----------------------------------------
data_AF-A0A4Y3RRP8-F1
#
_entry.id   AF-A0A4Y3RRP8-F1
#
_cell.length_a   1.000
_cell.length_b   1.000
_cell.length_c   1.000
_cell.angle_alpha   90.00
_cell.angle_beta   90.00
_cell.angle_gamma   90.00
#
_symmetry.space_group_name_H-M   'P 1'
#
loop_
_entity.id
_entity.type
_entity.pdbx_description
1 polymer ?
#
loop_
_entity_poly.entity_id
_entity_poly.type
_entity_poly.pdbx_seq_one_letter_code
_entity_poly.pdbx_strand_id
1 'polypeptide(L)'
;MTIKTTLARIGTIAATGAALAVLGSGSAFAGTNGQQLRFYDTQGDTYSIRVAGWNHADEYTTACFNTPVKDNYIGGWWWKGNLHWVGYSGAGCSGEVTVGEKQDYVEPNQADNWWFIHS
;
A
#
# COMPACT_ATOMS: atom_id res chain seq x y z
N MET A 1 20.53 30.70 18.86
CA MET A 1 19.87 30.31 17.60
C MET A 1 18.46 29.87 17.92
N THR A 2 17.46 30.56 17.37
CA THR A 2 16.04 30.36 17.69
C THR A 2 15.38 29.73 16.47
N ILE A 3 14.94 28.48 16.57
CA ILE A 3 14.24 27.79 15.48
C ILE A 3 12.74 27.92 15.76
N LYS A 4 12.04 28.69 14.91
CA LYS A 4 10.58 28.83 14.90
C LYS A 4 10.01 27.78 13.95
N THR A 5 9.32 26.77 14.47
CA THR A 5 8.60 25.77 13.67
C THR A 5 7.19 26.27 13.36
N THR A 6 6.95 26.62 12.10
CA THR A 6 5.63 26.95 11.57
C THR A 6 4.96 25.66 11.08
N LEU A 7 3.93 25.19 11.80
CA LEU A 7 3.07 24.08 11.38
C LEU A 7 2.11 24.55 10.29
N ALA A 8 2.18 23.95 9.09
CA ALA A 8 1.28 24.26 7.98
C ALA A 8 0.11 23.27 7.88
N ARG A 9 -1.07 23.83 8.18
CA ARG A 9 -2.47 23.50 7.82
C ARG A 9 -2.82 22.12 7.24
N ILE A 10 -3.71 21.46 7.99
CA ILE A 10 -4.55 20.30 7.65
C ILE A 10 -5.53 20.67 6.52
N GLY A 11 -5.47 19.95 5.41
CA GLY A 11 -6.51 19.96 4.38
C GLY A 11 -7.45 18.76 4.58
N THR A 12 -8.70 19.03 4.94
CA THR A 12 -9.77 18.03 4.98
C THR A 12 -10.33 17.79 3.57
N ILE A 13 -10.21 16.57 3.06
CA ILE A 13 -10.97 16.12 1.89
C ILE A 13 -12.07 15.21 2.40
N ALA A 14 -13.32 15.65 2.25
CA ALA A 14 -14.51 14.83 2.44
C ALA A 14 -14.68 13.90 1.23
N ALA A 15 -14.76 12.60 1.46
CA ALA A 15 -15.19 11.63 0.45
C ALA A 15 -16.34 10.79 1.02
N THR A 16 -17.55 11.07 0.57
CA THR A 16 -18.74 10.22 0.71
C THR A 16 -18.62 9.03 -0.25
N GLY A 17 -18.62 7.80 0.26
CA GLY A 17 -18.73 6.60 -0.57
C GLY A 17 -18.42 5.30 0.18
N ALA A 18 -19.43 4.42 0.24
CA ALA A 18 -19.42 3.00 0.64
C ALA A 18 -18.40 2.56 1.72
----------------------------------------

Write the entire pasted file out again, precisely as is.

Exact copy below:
data_AF-A0A4Y3RRP8-F1
#
_entry.id   AF-A0A4Y3RRP8-F1
#
_cell.length_a   1.000
_cell.length_b   1.000
_cell.length_c   1.000
_cell.angle_alpha   90.00
_cell.angle_beta   90.00
_cell.angle_gamma   90.00
#
_symmetry.space_group_name_H-M   'P 1'
#
loop_
_entity.id
_entity.type
_entity.pdbx_description
1 polymer ?
#
loop_
_entity_poly.entity_id
_entity_poly.type
_entity_poly.pdbx_seq_one_letter_code
_entity_poly.pdbx_strand_id
1 'polypeptide(L)'
;MTIKTTLARIGTIAATGAALAVLGSGSAFAGTNGQQLRFYDTQGDTYSIRVAGWNHADEYTTACFNTPVKDNYIGGWWWKGNLHWVGYSGAGCSGEVTVGEKQDYVEPNQADNWWFIHS
;
A
#
# COMPACT_ATOMS: atom_id res chain seq x y z
N MET A 1 20.53 30.70 18.86
CA MET A 1 19.87 30.31 17.60
C MET A 1 18.46 29.87 17.92
N THR A 2 17.46 30.56 17.37
CA THR A 2 16.04 30.36 17.69
C THR A 2 15.38 29.73 16.47
N ILE A 3 14.94 28.48 16.57
CA ILE A 3 14.24 27.79 15.48
C ILE A 3 12.74 27.92 15.76
N LYS A 4 12.04 28.69 14.91
CA LYS A 4 10.58 28.83 14.90
C LYS A 4 10.01 27.78 13.95
N THR A 5 9.32 26.77 14.47
CA THR A 5 8.60 25.77 13.67
C THR A 5 7.19 26.27 13.36
N THR A 6 6.95 26.62 12.10
CA THR A 6 5.63 26.95 11.57
C THR A 6 4.96 25.66 11.08
N LEU A 7 3.93 25.19 11.80
CA LEU A 7 3.07 24.08 11.38
C LEU A 7 2.11 24.55 10.29
N ALA A 8 2.18 23.95 9.09
CA ALA A 8 1.28 24.26 7.98
C ALA A 8 0.11 23.27 7.88
N ARG A 9 -1.07 23.83 8.18
CA ARG A 9 -2.47 23.50 7.82
C ARG A 9 -2.82 22.12 7.24
N ILE A 10 -3.71 21.46 7.99
CA ILE A 10 -4.55 20.30 7.65
C ILE A 10 -5.53 20.67 6.52
N GLY A 11 -5.47 19.95 5.41
CA GLY A 11 -6.51 19.96 4.38
C GLY A 11 -7.45 18.76 4.58
N THR A 12 -8.70 19.03 4.94
CA THR A 12 -9.77 18.03 4.98
C THR A 12 -10.33 17.79 3.57
N ILE A 13 -10.21 16.57 3.06
CA ILE A 13 -10.97 16.12 1.89
C ILE A 13 -12.07 15.21 2.40
N ALA A 14 -13.32 15.65 2.25
CA ALA A 14 -14.51 14.83 2.44
C ALA A 14 -14.68 13.90 1.23
N ALA A 15 -14.76 12.60 1.46
CA ALA A 15 -15.19 11.63 0.45
C ALA A 15 -16.34 10.79 1.02
N THR A 16 -17.55 11.07 0.57
CA THR A 16 -18.74 10.22 0.71
C THR A 16 -18.62 9.03 -0.25
N GLY A 17 -18.62 7.80 0.26
CA GLY A 17 -18.73 6.60 -0.57
C GLY A 17 -18.42 5.30 0.18
N ALA A 18 -19.43 4.42 0.24
CA ALA A 18 -19.42 3.00 0.64
C ALA A 18 -18.40 2.56 1.72